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Freed Hamas Hostage Describes ‘Spider’s Web’ of Tunnels Beneath Gaza

Janis Laizans/Reuters
Janis Laizans/Reuters

A hostage freed by Hamas described the nightmare she lived through after being abducted from her home in Israel and taken to a “spider’s web” of tunnels below Gaza.

Yocheved Lifshitz, 85, said Tuesday that she was beaten with sticks as she was taken by motorcycle from Kibbutz Nir Oz on Oct. 7. She was finally released along with her 79-year-old neighbor Nurit Cooper on Monday, making them just the third and fourth people of the more than 200 kidnapped by Hamas to be set free since the attacks began earlier this month. Lifshitz’s husband, 83, is still being held hostage.

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On Monday night, Hamas released a video appearing to show the moment Lifshitz and Cooper were released to representatives of the International Red Cross, according to the BBC. The footage shows Lifshitz confirming her age and name and, before leaving, turning to a masked Hamas militant, shaking his hand, and saying “shalom,” which means “peace.” Asked why she had extended such a gesture to one of her captors, Lifshitz said she did so “because they treated us very nicely.”

The pair’s release comes after American Judith Raanan, 59, and her 17-year-old daughter, Natalie, were freed Friday. The Ranaans say eight other members of their family are still being held by Hamas.

Speaking from a hospital in Tel Aviv where Lifshitz is now recovering on Tuesday morning, Lifshitz’s daughter Sharone helped to translate as Lifshitz told reporters she had been “through hell” over the course of the two weeks in which she was taken and held captive. “They went rampant in our kibbutz,” she said, according to Haaretz. “I was taken hostage. They laid me on a motorcycle and sped through a thicket.”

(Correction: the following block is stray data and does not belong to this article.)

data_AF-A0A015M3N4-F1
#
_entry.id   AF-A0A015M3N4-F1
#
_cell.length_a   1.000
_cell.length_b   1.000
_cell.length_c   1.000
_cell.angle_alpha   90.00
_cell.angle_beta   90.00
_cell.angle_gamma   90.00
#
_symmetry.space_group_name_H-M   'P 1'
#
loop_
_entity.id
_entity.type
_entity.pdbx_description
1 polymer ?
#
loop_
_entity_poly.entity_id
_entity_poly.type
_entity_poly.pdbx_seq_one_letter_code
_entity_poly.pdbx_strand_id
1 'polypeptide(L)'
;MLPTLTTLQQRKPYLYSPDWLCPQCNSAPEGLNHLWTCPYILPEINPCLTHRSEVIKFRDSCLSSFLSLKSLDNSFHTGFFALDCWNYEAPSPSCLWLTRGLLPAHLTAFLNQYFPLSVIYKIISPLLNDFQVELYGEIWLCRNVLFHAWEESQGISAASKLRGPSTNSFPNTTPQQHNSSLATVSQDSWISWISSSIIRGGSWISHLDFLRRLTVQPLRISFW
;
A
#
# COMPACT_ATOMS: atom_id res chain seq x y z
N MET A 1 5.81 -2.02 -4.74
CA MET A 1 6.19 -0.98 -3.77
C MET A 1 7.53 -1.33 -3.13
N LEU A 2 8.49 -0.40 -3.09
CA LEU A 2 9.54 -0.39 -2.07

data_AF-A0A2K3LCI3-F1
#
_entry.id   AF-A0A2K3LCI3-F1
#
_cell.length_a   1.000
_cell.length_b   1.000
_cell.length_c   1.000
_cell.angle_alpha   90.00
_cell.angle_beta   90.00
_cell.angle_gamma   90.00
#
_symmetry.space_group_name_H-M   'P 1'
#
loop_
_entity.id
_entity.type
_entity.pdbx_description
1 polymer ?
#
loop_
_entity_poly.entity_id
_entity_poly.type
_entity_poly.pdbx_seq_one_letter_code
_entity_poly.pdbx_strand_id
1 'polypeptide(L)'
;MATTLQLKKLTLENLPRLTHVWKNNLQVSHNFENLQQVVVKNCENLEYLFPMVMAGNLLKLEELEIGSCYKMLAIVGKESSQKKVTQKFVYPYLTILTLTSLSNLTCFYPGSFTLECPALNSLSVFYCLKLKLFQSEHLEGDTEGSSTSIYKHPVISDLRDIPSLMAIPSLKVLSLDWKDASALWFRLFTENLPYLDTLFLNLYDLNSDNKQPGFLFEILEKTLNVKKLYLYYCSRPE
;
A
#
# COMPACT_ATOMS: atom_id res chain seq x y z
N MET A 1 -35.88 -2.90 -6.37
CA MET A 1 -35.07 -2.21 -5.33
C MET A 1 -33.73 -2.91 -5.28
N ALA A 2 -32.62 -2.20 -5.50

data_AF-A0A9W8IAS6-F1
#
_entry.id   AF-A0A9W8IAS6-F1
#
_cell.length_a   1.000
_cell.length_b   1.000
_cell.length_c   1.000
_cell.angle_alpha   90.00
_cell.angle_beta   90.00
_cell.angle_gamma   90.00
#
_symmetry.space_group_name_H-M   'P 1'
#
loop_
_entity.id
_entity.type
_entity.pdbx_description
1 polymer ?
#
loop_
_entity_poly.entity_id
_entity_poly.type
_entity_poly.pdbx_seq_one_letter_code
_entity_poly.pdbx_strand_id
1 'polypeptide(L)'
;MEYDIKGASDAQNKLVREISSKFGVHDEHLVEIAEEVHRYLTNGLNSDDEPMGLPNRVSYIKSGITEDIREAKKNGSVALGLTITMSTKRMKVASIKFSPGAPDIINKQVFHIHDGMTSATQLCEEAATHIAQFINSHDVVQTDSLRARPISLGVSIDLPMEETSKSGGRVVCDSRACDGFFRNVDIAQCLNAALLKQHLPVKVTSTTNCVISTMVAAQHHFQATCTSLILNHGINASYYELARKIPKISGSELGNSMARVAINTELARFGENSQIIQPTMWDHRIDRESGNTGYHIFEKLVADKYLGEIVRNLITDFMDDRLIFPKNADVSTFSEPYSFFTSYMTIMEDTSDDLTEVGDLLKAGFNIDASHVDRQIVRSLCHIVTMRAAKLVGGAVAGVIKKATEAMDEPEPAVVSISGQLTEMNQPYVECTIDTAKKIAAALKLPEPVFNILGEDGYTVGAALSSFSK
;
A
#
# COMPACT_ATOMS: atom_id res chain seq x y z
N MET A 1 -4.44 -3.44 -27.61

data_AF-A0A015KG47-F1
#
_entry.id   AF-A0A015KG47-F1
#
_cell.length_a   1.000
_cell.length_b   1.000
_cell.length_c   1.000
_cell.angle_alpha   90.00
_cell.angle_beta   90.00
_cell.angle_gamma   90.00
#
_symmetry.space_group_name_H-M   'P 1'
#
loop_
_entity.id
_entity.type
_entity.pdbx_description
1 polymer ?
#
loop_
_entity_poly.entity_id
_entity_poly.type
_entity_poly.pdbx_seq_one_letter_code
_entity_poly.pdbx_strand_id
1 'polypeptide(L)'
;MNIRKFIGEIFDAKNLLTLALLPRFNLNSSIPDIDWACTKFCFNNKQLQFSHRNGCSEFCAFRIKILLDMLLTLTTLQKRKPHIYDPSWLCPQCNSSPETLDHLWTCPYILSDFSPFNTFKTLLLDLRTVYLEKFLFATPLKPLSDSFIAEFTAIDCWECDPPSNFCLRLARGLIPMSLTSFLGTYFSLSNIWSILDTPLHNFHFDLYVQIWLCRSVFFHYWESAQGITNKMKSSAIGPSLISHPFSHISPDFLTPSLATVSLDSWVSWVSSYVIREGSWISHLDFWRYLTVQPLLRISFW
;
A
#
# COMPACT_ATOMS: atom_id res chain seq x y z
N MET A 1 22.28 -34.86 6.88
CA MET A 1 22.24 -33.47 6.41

The Israeli grandmother said she was beaten along the way and struggled to breathe, adding that Hamas militants took her watch and jewelry. Lifshitz also criticized failures in security that allowed her abduction to take place. “They blew up the electronic fence, that special fence that cost $2.5 billion to build but didn’t help with anything,” she said. “Masses mobbed our homes. They beat people, took some hostage. They didn’t distinguish between young and elderly, it was very painful.”

She says she was taken to Hamas’ network of tunnels, which she likened to a spiderweb. “When we got there they told us that they are believers of the Quran, that they won’t harm us,” Lifshitz was quoted as saying.

Underground, Lifshitz said she first went through a tunnel into a large room containing about 25 people. After about two or three hours later, five people from her kibbutz were moved to a separate room. “They guarded us closely,” Lifshitz added.

According to the BBC, Lifshitz said there was a doctor and a paramedic underground in addition to her captors. She said the captives slept on mattresses on the floor in the tunnels below Gaza—which Lifshitz described as clean—and said a doctor visited them every two to three days. One captive who had been seriously injured in a motorbike accident en route to the tunnels was treated for his wounds, she said.

Lifshitz said hostages were given the same food as their captors: white cheese and cucumber. She also added that Hamas “took care of every detail” and even had women who knew about “feminine hygiene.”

Lifshitz’s daughter Sharone told reporters that her mother feels the “story’s not over until everybody comes back.” The scores of hostages still held by Hamas include Lifshitz’s husband, Oded Lifshitz, a journalist who has spent decades campaigning for the rights of Palestinians, according to the BBC. Together with his wife, Oded co-founded the kibbutz from which they were abducted and in recent years had volunteered for a group that transports sick Palestinians from Gaza to Israeli hospitals for treatment.

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Over a quarter of their kibbutz are considered dead or missing in the wake of the Hamas attacks on Oct. 7, which claimed the lives of 1,400 Israelis in total, according to Israeli figures. The Israeli government—which continues to retaliate for the attacks with massive strikes that officials in Gaza say have killed more than 5,000 people—is now working to free the remaining hostages.

The U.S. has reportedly advised Israel to delay a ground invasion of Gaza to allow more time for hostage negotiations to take place and to allow humanitarian aid into the enclave, which is running desperately short of food, water, fuel, and medical supplies amid Israel’s siege.

Read more at The Daily Beast.

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